Kids who lie

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How schools are raising young people addicted to avoiding blame

By Adam Voigt

Practice makes perfect, or so they tell us. And so, it astounds and troubles me to my core that we continue to raise kids in homes and schools where the art of lying is something that’s practised so heavily that our children master it by the time that they reach adulthood.

Only the lawyers are the winners

As adults, we either make our dishonesty our one-wood and perhaps enter a political career – did I just say that? – or we look to outsource our mistruths to the telling of a professional articulator of our own carefully painted version of events when we find ourselves in a pickle. We call these people lawyers.

As they also say when two good people come together in court to sort a matter of conflict that could be done through a little bit of empathy, some civil discourse and perhaps a cup of tea – only the lawyers are the winners.

But perhaps, you’ve found yourself describing your own child as a “bush lawyer” on occasion as you asked her/him to explain who drew with texta on the lounge room wall.

Perhaps you’ve even been gobsmacked at the elaborate tale even the youngest child can pull together at a moment’s notice to absolve themselves of responsibility. My sister did it, an alien did it, my hand slipped, it was a ghost or perhaps the classic “I don’t know. I was playing in my room.”

It just isn’t useful to deploy systems in our homes and schools whereby kids actively resist our attempts to help them solve problems.

And this is exactly what we compel them to do when we force them into mitigating the risk of a potential negative outcome upon themselves, such as a detention, a grounding, a stern lecture or a school suspension.

Learning to be better liars

Further, not only do we actively encourage lying in these circumstances, but we foster a sophistication in untruthfulness that is almost impossible to compete with.

When kids learn that their bare-faced lies are more palatable to the adult in the room, they learn also to add some window dressing to the lies to improve their impact. By now, we’ve begun to encourage the very proficiency of denial, exaggeration, obfuscation, minimisation, lies by omission and distraction into drama that makes social problem solving close to impossible.

Our kids have immense creativity and raising them in systems where they get to apply it to skirt around responsibility isn’t something that most parents want to do. We just haven’t found a better way.

A teacher not a judge

But there is a better way. When our kids do the wrong thing, the feeling they get is shame. It’s not a nice feeling but, like all emotions, it has a purpose. Shame is the teacher. It teaches us when we’ve done the right thing and the wrong thing. It ignites our conscience and all parents want to raise kids with a conscience.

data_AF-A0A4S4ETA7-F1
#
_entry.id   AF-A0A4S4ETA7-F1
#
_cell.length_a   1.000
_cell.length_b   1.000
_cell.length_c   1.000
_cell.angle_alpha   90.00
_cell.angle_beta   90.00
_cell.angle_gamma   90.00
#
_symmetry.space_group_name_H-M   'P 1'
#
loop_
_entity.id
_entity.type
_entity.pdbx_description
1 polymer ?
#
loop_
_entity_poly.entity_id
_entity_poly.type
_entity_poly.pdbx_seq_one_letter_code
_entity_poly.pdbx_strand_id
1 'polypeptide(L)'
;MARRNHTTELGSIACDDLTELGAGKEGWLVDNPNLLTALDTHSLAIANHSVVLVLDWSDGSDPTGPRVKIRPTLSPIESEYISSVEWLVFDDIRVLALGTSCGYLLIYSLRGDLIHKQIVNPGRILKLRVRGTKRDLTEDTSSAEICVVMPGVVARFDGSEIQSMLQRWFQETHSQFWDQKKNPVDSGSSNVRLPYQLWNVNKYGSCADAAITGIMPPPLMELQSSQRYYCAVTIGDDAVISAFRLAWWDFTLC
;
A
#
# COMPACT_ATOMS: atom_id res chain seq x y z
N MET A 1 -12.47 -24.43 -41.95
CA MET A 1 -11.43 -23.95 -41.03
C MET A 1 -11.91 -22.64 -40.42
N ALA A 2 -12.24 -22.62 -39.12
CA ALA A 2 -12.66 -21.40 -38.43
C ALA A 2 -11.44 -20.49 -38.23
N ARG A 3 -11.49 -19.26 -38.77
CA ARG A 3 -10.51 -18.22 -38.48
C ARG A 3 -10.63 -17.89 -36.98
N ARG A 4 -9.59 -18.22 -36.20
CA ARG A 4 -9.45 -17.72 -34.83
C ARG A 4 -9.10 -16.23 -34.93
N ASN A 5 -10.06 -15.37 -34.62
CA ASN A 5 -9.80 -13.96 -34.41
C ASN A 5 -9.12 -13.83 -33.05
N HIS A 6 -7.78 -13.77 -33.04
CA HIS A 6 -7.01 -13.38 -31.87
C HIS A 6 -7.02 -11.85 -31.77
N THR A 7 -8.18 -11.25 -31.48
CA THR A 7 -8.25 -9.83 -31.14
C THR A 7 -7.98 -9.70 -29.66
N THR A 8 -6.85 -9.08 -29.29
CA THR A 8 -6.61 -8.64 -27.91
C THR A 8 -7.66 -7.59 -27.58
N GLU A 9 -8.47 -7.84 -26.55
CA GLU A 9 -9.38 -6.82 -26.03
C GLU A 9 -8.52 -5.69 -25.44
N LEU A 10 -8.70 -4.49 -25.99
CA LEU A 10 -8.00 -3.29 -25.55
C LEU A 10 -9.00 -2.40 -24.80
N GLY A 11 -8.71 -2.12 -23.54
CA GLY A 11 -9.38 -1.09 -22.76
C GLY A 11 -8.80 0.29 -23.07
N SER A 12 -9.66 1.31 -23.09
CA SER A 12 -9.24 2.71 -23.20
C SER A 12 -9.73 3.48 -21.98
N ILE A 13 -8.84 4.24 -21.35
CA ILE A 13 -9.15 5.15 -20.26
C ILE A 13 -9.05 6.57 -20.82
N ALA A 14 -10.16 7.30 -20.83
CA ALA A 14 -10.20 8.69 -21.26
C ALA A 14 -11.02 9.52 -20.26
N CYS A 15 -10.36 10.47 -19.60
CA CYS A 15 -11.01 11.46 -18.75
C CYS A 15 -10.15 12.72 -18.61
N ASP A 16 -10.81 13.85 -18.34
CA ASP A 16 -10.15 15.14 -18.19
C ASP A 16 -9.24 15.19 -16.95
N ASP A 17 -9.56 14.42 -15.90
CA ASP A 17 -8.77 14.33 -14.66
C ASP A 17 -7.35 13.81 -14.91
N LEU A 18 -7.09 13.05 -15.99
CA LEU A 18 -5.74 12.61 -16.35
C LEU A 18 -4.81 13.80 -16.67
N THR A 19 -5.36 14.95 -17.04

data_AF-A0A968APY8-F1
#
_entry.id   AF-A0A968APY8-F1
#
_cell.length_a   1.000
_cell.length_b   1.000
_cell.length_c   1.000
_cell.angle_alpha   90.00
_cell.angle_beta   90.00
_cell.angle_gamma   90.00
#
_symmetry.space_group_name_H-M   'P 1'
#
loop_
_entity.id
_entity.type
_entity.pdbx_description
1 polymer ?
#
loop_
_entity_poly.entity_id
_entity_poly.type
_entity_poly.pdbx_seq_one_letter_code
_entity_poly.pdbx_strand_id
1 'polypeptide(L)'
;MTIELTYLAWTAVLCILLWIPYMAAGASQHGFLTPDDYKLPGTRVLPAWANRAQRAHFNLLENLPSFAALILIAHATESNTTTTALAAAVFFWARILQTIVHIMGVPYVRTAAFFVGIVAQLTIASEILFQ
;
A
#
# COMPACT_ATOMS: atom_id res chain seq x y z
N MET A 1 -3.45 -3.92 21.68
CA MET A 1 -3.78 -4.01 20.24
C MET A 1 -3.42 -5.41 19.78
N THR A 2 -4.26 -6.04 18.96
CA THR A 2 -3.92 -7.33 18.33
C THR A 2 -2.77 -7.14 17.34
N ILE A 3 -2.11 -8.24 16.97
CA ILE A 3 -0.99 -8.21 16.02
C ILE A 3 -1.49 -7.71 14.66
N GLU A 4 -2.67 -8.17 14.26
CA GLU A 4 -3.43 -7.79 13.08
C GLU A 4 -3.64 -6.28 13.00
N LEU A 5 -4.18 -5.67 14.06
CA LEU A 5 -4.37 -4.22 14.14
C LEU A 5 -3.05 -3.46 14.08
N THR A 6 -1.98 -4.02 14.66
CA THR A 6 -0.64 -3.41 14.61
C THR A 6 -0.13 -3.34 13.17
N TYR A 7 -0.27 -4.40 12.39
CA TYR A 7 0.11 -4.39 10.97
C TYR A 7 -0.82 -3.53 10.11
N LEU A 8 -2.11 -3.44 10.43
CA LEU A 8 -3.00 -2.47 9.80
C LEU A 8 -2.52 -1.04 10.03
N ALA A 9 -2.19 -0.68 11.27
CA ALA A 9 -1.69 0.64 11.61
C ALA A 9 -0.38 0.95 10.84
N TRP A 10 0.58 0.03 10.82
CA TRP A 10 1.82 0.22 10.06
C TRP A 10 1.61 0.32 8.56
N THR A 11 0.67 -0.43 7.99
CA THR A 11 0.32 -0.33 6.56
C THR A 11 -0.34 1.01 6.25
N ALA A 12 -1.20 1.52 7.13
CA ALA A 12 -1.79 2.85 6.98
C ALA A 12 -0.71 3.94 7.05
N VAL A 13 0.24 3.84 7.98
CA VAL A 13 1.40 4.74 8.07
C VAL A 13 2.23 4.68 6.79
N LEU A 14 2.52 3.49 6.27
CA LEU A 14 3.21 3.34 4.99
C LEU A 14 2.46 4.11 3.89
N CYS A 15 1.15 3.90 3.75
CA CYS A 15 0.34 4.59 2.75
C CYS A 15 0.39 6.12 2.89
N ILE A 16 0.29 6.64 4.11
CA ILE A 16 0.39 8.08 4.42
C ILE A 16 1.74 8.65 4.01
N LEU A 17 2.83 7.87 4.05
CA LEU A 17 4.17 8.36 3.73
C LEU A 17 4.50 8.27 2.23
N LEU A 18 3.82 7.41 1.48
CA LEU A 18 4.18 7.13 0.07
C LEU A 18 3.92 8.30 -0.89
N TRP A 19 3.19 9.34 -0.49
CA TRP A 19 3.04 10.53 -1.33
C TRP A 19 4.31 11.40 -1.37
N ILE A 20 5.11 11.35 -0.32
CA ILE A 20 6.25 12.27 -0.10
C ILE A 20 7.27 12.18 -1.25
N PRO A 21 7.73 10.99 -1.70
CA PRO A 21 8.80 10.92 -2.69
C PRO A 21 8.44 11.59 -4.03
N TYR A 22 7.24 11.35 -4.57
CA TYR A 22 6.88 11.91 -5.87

What we need to do is raise kids who see the sting of shame as a signal to act. We need them to have a moment where the self-talk is more akin to “Oops. I’ve messed up. I’d better fix that” as opposed to “Oops. I’ve messed up. How do I get out of this?”. This changes the role of parents and teachers fundamentally when wrongdoing occurs.

Instead of positioning yourself as a judge whose role it is to declare a penalty based on the brief of evidence available, choose to be a teacher of how to respond to screwing up. After all, our homes and schools are not judicial systems; they are systems of love and learning.

Get a gist of what’s happened, but instead of labouring the finer points of the story, move on to the harm that’s been caused and how we’re going to work together to fix or repair that.

The harm might be a scribble on a wall or the disappointment of a parent, but even our toddlers can actively do something about that to make it at least partially better. They can act.

In that act, they take responsibility. It’s much better that they practise that than it is to fabricate alternate realities of the past. And after that fact, we can thank or congratulate them, which both flips a negative quickly into a positive and allows your child to walk away from the shame.
And that’s a good thing.
No kid needs to carry shame around with them. Let it do its job as a teacher and then let our kids experience the world armed with its powerful life lessons.


Adam Voigt is a former successful School Principal and system leader who is now the Founder & CEO of Real Schools.

Adam is also the author of ‘Restoring Teaching’, a groundbreaking book aimed at restoring esteem for the role of educators through establishing strong, productive and restorative cultures around Australia’s schools.

Find out more about Adam’s work or order ‘Restoring Teaching’ by visiting realschools.com.au

Peninsula Kids – Summer 2020/21

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